原出處為 SelecTV Guide，Feb 15 ~ Mar 28，1981。發行者正是 Dick 家的有線電視公司。Dick 寫這篇換來一整年看免＄＄。X-D
Philip K. Dick, "Universe Makers .... and Breakers (1981)" in Lawrence Sutin (ed.), The Shifting Realities of Philip K. Dick: Selected Literary and Philosophical Writings (New York: Vintage Books, 1995), pp.103-105.
Science fiction films have put one over on us. Like the veil of maya, your special effects department down there in Hollywood can now simulate anything the mind can imagine ... and you thoght it was all real. No, they really don't blow up planets. It's true; they make it up. And a great deal of skillful imagining is going on these days. Not content with destroying whole planets, inventive scriptwriters and directors will soon be bringing you peculiar new universes with inhabitants to match. Watch for it. What you thought an alien looked like ... well, it is going to look a lot worse. What burst through Kane's shirt in Alien is not the end of the line of monsters but more the beginning.p. 104
It takes megabucks to match the imaginations behind sci-fi films, and that money exists because the profits are there. Not for the story of the film; that isn't what Hollywood goes for, now that Hitchcock has left us. Why do you need a story line if your special effects department can simulate anything? Graphic, visual impact has replaced story. Authors of science-fiction novels know this and grumble; what they wrote is not what you get when the film is finished. But this is as it should be. We are seeing a story, not being told it.〔Dick 完全否定科幻片有良好劇情鋪陳的可能嘎！〕p. 105
Ridley Scott, who directed Alien and who now intends to bring into existence a $15 million film based on my novel Do Androids Dream of Electric Sheep?, confessed to an interviewer from Omni magazine that he "found the novel too difficult to read," despite the fact that the novel appeared as a mass-circulation paperback. On the other hand I was able rather easily to erad the screenplay (it will be called Blade Runner). It was terrific. It bore no relation to the book. Oddly, in some ways it was better. (I had a hell of a time getting my hands on the screenplay. No one involved in the Blade Runner project has ever spoken to me. But that's okay; I haven't spoken to them.) What my story will become is one titanic lurid collision of androids being blown up, androids killing humans, general confusion and murder, all very exciting to watch. Makes my book seem dull by comparison.〔顯然 Dick 的幽默感不差 8-p〕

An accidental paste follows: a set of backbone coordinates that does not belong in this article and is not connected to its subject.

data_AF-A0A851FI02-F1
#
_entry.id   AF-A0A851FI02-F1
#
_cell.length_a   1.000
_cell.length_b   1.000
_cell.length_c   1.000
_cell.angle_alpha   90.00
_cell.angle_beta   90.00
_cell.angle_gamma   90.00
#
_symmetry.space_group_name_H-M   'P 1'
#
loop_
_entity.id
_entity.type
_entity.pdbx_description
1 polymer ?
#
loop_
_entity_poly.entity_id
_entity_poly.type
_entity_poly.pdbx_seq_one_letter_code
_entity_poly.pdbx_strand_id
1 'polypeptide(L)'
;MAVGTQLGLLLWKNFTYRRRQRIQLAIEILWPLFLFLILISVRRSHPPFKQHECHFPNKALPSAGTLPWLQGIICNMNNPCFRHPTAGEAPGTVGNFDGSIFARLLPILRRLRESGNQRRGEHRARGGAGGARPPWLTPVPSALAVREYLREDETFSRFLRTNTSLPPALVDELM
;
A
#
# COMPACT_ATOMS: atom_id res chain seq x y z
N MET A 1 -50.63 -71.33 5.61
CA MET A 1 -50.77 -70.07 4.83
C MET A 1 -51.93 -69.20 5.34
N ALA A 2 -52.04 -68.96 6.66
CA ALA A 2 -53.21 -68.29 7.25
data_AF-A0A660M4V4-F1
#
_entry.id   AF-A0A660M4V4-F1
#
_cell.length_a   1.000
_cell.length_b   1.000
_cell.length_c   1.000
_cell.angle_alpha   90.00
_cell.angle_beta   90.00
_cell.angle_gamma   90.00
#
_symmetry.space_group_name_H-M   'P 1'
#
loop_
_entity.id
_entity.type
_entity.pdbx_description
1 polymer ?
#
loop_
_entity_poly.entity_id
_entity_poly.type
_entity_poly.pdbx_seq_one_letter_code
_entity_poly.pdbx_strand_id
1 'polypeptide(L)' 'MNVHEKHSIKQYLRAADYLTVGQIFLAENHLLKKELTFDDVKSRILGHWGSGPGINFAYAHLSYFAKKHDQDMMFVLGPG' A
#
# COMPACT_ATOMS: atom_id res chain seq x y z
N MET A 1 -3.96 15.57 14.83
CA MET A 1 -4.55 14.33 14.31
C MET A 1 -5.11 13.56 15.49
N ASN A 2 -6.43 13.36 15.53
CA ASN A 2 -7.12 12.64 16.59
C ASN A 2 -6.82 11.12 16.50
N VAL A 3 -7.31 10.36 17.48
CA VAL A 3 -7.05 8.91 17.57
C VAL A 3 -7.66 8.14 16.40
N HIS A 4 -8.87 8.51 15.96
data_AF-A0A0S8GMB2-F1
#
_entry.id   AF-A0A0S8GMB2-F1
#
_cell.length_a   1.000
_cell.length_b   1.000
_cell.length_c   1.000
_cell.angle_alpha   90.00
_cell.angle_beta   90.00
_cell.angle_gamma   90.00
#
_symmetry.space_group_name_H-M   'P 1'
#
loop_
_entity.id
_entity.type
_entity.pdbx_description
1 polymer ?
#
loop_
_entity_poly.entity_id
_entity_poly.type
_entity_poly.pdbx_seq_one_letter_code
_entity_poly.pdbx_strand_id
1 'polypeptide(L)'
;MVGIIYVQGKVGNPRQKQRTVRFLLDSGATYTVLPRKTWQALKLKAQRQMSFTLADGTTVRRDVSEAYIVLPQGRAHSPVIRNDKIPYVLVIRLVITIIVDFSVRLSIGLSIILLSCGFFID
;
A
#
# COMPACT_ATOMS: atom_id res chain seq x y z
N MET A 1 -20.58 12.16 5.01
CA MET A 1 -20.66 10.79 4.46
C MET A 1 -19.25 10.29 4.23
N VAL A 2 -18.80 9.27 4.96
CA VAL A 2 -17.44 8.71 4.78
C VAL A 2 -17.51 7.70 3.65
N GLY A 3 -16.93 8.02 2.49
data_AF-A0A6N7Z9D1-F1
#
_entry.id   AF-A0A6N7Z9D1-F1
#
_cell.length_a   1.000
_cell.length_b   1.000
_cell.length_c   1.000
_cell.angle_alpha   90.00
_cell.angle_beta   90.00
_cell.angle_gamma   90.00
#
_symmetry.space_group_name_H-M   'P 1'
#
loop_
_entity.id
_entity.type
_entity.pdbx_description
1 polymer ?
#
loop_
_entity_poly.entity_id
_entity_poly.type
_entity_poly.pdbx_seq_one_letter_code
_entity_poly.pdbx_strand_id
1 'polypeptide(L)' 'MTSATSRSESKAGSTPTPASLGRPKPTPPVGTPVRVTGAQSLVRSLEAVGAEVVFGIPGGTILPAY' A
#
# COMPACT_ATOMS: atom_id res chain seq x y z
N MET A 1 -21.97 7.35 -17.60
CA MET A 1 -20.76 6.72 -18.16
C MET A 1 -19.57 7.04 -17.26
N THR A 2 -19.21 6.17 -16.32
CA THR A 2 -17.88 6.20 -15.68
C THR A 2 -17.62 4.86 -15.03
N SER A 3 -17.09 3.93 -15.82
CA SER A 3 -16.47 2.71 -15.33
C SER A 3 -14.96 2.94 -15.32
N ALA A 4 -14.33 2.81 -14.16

Still, you wouldn't want to see my novel on the screen because it is full of people conversing, plus the personal problems of the protagonist. These matters don't translate to the screen. And why translate them, since a novel is a story in words, whereas a movie is an event that moves? They're not called movies for nothing. I have no complaints.〔連 Blade Runner 都說成這樣，要是 Dick 地下有知（聽說這個辭彙因為腦殘記者的關係前陣子很紅），發現他的小說被拍成現在的樣子，不知作何感想？〕
Sometimes we sci-fi writers tell ourselves that the recent mass excitement over our wares is due to the successes in the actual space program, all those manned and unmanned probes, all those pictures sent back of moons no one knew existed, not to mention rings that are braided together in an affront to known laws of physics. But this isn't the case. The real reason for the wild financial successes of recent sci-fi films is: Human imagination takes a quantum-leap breakthrough by the special effects people; films such as Close Encounters and Alien and 2001 would be just terrific, just as awe-inspiring and wonderful if we were still driving Model A Fords -- perhaps even more so.
The fact is, spaceships no longer dangle on strings, no longer fizz,
hesitate, or wobble past you, as in the old Flash Gordon serials. The monsters are no longer inflated rubber toys haltingly mimicking what the average ten-year-old could dream up. There is great sophistication at the dream factory these days. If I as an author can think it up, they can build it in such a way as to scare or amaze you, and in all cases convince you. And this is why, really, sci-fi films work now, in contrast to the old days, when kids at Saturday afternoon matinees hooted and giggled at Lon Chaney, Jr., emerging from a fake swamp to inflict the mummy's curse on yet another idiotic lady.〔起碼 Dick 的確預見科幻電影的趨勢所在啊......〕
As a writer, though, I'd sort of like to see some of my ideas, not just special effects of my ideas, used. For all its dazzling graphic impact, Alien (to take one example) had nothing new to bring us in the way of concepts that awaken the mind rather than the senses. A monster is a monster, and a spaceship is a spaceship. Star Trek, years ago, delved more into provocative ideas than most big-budget sci-fi films today, and some of the finest authors in the science-fiction field wrote those hour TV episodes. I'm getting a little tired of people turning out to be robots, harmless-looking life forms evolving into sutpendous but predictable space squids, and, most of all, World War Two's Battle of Midway refought in outer space. But I must admit that the eerie, mystical, almost religious subtheme in Star Wars and The Empire Strikes Back enchanted me. Now and then the sense of wonder is there. Okay, if they would just stop blowing up the orbiting space station at the end -- but it looks so nice, that acid-trip color-burst display. This is the great written rule: Sci-fi films end not with a whimper but a bang. And maybe that's as it should be, in the best of all visual galaxies.